Hydrologic Relations Between Native Woody Shrubs and Food Crops in the Peanut Basin, Senegal
- Author(s): Bogie, Nathaniel Alexander
- Advisor(s): Ghezzehei, Teamrat A
- et al.
The Sudano-Sahel is prone to frequent shortages of food supply. Agricultural productivity in this region is severely limited by soil degradation, desertification, and highly erratic rainfall patterns. The single most limiting factor for agricultural production in the Sudano-Sahel is water supply to the crop rooting zone. As the population increases, so too does pressure on the already marginal farmlands, and drought can have devastating effects. Agricultural practices that provide adequate nutrient and water supplies while maintaining crop yields and land conservation are urgently needed in the region. Local knowledge and prior research indicate that intercropping with the native woody shrubs Guiera senegalensis and Piliostigma reticulatum can increase crop yields by over 250% and avert drought in- duced crop failure. An important feature of these native shrubs is their ability to lift water from deep moist soil and redistribute it into shallow, dry soil. The goal of this study is to provide quantitative and mechanistic understanding of the effect of the native shrubs on water and nutrient availability to crops, and how the crops respond physiologically to being grown near shrubs. Prior work in the Peanut Basin has shown that planting food crops within the rooting zone of native woody shrubs has the potential to provide increased nutrients, water resources, and harvest yields compared to crops planted on bare soil. These shrubs are among the few plants in the region able to maintain photosynthesis even during periods of extreme drought. The specific research questions addressed here are how shrubs can affect the growth and vigor of crops during the growing season, how the presence of shrubs and their biomass have affected soil physical properties over ten years, and whether shrubs performing hydraulic redistribution provide water to nearby crops under drought stress conditions. The sites of Keur Matar Arame and Nioro Du Rip in the Central and Southern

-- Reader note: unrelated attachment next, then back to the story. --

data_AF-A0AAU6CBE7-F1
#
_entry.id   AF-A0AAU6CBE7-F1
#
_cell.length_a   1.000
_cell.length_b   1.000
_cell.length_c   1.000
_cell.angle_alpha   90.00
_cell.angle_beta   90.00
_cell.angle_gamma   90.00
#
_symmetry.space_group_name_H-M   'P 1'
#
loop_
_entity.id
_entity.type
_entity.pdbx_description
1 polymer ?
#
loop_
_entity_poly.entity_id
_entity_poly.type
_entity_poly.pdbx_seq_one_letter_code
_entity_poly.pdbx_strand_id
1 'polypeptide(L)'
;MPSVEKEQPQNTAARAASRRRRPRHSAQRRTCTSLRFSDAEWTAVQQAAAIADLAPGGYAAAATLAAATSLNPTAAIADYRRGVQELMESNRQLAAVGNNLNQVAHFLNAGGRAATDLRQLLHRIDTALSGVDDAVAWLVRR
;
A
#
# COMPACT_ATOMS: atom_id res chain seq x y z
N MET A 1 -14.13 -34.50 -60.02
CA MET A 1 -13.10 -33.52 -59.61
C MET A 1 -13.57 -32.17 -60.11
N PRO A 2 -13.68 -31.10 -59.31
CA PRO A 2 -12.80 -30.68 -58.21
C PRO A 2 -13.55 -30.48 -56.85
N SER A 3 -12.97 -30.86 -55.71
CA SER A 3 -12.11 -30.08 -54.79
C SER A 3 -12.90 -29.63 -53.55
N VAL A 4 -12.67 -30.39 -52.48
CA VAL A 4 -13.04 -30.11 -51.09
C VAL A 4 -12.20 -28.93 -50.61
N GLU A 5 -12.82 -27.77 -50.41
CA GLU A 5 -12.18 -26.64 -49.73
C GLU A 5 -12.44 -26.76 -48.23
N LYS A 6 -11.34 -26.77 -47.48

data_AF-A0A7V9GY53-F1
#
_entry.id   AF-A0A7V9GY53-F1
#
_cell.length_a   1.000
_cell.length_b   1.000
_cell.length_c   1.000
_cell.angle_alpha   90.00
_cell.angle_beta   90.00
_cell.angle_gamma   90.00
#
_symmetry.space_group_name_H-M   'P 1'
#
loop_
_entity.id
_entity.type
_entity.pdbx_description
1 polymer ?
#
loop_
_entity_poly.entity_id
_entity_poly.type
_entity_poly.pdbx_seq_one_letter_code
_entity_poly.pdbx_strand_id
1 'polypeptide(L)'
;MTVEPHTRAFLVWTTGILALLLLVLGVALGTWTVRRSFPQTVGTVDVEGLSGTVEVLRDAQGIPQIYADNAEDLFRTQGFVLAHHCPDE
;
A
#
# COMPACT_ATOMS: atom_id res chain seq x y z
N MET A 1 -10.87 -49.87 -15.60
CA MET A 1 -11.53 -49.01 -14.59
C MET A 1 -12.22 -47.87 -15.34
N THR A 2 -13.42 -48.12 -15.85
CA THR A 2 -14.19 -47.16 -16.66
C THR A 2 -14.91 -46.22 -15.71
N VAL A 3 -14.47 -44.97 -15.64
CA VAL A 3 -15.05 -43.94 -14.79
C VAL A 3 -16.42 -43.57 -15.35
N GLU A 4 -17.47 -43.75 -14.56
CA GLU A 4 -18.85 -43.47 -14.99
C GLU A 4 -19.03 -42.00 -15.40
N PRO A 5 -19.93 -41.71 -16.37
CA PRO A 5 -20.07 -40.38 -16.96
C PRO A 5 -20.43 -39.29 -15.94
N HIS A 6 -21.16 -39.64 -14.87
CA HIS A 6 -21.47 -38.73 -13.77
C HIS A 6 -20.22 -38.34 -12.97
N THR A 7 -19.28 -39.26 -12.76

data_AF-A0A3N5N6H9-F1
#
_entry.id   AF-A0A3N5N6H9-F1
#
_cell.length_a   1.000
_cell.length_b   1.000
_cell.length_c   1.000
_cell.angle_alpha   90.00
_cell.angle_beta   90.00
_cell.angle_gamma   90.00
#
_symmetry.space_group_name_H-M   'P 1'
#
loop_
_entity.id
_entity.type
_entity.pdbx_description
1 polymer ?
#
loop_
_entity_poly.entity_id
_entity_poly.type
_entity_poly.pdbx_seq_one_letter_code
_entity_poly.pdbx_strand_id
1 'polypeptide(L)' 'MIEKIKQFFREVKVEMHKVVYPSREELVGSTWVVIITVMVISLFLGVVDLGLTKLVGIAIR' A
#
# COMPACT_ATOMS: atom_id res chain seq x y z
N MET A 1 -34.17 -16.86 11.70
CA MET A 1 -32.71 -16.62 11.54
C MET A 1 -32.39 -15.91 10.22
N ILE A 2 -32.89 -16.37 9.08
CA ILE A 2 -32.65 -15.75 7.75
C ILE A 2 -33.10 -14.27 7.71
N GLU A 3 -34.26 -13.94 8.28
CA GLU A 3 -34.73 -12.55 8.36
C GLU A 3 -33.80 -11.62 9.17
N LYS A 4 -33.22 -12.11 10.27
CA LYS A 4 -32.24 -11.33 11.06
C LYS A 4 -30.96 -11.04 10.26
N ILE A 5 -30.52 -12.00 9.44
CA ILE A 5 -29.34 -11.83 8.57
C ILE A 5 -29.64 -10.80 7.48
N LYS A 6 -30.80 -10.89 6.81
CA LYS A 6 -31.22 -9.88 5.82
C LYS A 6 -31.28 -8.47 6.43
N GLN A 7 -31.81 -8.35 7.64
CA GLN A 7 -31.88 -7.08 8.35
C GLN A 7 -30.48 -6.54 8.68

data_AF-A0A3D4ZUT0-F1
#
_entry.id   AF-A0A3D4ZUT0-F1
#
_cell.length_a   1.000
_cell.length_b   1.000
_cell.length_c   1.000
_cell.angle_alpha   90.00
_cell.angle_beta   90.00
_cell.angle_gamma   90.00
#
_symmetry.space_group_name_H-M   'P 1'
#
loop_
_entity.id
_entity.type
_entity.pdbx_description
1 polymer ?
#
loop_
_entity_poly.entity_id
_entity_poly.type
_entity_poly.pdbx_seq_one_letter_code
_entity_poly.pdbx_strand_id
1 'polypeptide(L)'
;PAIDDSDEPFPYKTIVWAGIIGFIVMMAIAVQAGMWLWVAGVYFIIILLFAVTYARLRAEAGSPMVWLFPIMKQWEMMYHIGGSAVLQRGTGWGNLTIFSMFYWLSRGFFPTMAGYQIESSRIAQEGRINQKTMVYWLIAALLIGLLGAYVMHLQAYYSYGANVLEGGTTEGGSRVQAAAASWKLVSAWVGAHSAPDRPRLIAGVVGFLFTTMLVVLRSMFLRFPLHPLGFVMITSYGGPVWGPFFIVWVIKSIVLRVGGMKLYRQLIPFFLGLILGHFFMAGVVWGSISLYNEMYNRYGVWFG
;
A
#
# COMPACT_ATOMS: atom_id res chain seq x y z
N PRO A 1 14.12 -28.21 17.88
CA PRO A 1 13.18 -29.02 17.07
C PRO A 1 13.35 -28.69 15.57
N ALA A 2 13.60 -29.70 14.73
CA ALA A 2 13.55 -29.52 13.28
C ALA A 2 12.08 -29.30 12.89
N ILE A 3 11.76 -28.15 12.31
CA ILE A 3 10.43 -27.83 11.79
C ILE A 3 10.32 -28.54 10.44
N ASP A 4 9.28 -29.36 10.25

Peanut Basin in Senegal have been under management since 2003 with a rotation of peanut (Arachis hypogea) and pearl millet (Penisetum glaucum) intercropped with native shrubs. In order to investigate the effect of ten years of biomass addition on soil properties, surface infiltration rate, hydraulic conductivity and water retention were measured on samples from the two fields. At a site with G. senegalensis the surface infiltration rate was 75% higher in the absence of shrubs than in plots with shrubs. At the Southern site crops planted alone had surface infiltration rates that were 28% higher than plots with intercropped P. reticulatum shrubs. Additionally soil moisture, transpiration rate, crop growth and physiological data were collected in the field during the growing seasons of 2012 and 2013 peanut and millet were grown, respectively. This dissertation shows that shrubs help protect shallow soil layers early in the season from potentially deadly drought and heat and despite lower soil moisture content at the end of the season, crops grown in association with shrubs have increased biomass production and a faster development cycle. At Keur Matar the presence of shrubs can increase plant available water in the shallow zones in the early season by up to 14%. Ad- ditionally, at Keur Matar the shrubs moderate the temperature in the early part of the season by keeping daily maximum temperature 5◦C cooler in the crop+shrub treatment. At Nioro the results showed decreased moisture content in the crop+shrub treatment compared to the crop only treatment at 10 cm depth, but an increase of moisture of 18-20% of plant available water at 20 cm depth in the crop+shrub plot compared to the crop only. The temperature differences were less pronounced at Nioro with the daily maximums were 0-5◦C cooler in the crop+shrub plot than in the crop only. Under irrigation in 2014 an isotopic tracer study investigating hydraulic redistribution was carried out by injecting deuterium-enriched water into the roots of three shrubs at one-meter depth and sampling shrubs and nearby crops for isotopic analysis of plant water. Deuterium enriched water was found in the crops of all three plots with δD in the crop tissue over 300‰. This provides strong support of the idea that water is lifted from >1 m by the shrubs and that the crops take advantage of some of this water. By keeping the rhizosphere hydrated hydraulic redistribution by the shrubs may be one way that shrubs can help crop roots avoid mortal desiccation under drought conditions. Using even the limited resources that farmers possess, this agroforestry technique can be expanded over wide swaths of the Sahel.